Kids raised with this parenting technique generally tend to be social, understandable and reasonable human beings. They’ll develop their work ethics with ease because they’ve learned that hard work pays off in the long run and that neglecting or avoiding responsibilities doesn’t really do much but slow their progress. Again, the child will have mood changes and won’t always be reasonable, especially when they’re sleepy, hungry or otherwise want to have things their way. That’s why it’s recommended that only one parent assumes this role, while the other can be a bit strict or otherwise have different parenting method.

Permissive

Ever heard that a particular kid behaves in a specific manner because the parents allowed to much? Raising a child this way means that the parent has a set of rules but rarely enforces them; that they don’t really teach their kid action and reaction and that the child has no understanding of what consequences are and how to plan ahead.

If you identify with this method that means that you let your child do whatever they want although you’ve set some ground rules on what’s good and bad behavior. It means that you let them have it their way and don’t think much about being persistent at enforcing rules, etc.

Although it’s not the ideal approach, this method has advantages but works only in specific cases. As every child is different, you should also use different parenting styles to find the ideal approach. sometimes being a permissive parent isn’t such a bad thing. Your child will understand that there are rules but that it’s not a bad thing to break them to get satisfaction some times. They’ll know how consequences work but won’t experience them very often. They’ll be free to explore the world around them the way they want to with little restrictions. However, because you were clear on some rules they won’t push things over the board and become spoiled younglings. Again, this really depends on the type of child. If you see that your child is reasonable, that this is definitely the way to go.

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Uninvolved

This is by far the worst way of raising a child. Uninvolved parenting means that you’re a type of person that allows their kids to do whatever they want at all times; that you don’t really set any rules on how to behave and how not to behave, but most importantly that you’re not there to explain crucial things that they should learn when young.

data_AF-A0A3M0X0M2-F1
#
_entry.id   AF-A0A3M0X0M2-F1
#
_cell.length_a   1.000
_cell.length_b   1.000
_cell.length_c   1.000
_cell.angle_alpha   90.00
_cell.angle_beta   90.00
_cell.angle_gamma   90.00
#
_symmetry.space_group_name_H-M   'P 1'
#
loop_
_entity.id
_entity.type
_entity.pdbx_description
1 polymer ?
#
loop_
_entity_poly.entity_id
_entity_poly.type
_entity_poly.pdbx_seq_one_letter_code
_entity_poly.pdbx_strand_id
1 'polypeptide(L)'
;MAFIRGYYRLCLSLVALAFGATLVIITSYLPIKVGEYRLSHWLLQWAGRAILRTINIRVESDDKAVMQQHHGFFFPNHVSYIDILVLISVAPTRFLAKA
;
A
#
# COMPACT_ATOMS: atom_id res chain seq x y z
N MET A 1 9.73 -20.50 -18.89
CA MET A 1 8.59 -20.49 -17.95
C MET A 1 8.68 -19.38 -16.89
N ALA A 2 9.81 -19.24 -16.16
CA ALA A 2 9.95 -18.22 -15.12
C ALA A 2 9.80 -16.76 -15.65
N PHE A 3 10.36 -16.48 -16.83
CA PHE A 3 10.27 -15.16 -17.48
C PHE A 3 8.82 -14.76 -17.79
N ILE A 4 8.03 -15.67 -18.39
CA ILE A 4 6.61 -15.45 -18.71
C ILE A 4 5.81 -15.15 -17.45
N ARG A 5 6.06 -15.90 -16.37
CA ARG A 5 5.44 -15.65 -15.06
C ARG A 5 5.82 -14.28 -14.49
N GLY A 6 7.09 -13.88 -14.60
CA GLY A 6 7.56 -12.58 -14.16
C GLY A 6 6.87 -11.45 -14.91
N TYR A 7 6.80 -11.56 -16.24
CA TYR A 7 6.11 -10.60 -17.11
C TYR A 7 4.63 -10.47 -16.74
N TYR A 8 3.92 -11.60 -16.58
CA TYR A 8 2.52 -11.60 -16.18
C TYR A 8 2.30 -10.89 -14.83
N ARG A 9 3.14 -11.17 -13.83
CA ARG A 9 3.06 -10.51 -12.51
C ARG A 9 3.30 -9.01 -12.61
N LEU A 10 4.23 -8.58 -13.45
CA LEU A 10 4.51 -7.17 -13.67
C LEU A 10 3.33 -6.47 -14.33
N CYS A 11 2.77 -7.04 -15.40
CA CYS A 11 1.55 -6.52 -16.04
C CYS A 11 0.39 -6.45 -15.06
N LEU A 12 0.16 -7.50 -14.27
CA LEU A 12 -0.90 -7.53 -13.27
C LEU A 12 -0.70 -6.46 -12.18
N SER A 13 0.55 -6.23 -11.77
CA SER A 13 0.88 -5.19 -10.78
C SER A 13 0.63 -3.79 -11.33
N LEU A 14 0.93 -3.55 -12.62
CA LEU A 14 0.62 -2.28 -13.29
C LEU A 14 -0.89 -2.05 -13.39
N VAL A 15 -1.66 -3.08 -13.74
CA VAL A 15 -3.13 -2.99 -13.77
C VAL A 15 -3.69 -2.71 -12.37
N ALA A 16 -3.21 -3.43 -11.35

This can be a good thing only in a scenario when you don’t want to annoy your child with rules that they don’t really need, only because they are the perfect example of an outstanding behavior. But let’s be real here, this rarely happens. To have a child that figures everything on their own; that doesn’t behave badly in any situation would be a bliss. However, it’s also very unlikely that a child will behave like this, especially when they are young and a bit naughty by nature.

Raising a child this way will lead to serious behavioral problems, mostly because they’re left to figure out how things work on their own; because they won’t understand important concepts, how to be reasonable, understanding and generally a “nice person”. Kids raised this way usually tend to be spoiled, have lots of emotional outbursts, impossible to work with and a bit stubborn. But this is only natural as they’ve never been grounded before, corrected on their behavior or simply shown that they can’t always have things their way.

There are many ways to raise a child and the most important thing is to get to know your little one and find an approach that’s most beneficial for their growth and overall development. Being a buddy with your toddler can mean a lot, especially because they’ll learn to trust you and develop a special bond. They’ll also quite possibly grow to be a friendly person with a vast capacity of social intelligence. But rules should exist, and if kids are left to figure things out on their own, they won’t really develop into a genuinely nice person. So try out a bunch of different parenting techniques and make sure that they are adequate to the type of person your little one is.

Author: Mary Lynn Holden
Author: Mary Lynn Holden

Proud mom and stepmom to an adorable bunch of kids aged 7 and up. Deeply appreciates three things in life: the help of older siblings in the house, texts on parenting, and strong coffee. Shares her stories and experiences in order to help others navigate the unpredictable waters of parenting.